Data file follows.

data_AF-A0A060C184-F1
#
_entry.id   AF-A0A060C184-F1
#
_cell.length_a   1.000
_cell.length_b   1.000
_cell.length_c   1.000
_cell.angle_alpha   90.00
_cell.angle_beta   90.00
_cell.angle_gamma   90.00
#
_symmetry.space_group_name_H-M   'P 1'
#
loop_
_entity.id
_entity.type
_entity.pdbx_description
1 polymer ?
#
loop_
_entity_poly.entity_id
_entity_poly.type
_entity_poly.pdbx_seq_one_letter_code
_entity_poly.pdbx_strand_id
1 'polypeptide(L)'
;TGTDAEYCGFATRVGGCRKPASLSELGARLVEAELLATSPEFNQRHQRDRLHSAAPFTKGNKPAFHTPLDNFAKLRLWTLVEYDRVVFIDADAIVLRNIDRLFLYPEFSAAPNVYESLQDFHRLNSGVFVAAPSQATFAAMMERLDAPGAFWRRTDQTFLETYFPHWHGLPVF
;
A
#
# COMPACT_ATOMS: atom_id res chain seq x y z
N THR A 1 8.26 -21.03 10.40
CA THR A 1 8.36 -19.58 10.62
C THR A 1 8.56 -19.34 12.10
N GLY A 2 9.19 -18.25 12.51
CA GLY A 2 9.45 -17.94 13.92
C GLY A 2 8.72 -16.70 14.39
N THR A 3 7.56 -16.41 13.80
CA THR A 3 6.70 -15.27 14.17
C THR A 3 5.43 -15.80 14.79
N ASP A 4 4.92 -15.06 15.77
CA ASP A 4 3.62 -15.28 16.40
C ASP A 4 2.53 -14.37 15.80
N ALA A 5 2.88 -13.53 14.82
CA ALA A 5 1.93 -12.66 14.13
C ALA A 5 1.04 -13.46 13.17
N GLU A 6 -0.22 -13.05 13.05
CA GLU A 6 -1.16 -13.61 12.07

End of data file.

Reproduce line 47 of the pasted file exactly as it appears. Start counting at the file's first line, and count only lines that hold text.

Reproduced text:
CA GLU A 6 -1.16 -13.61 12.07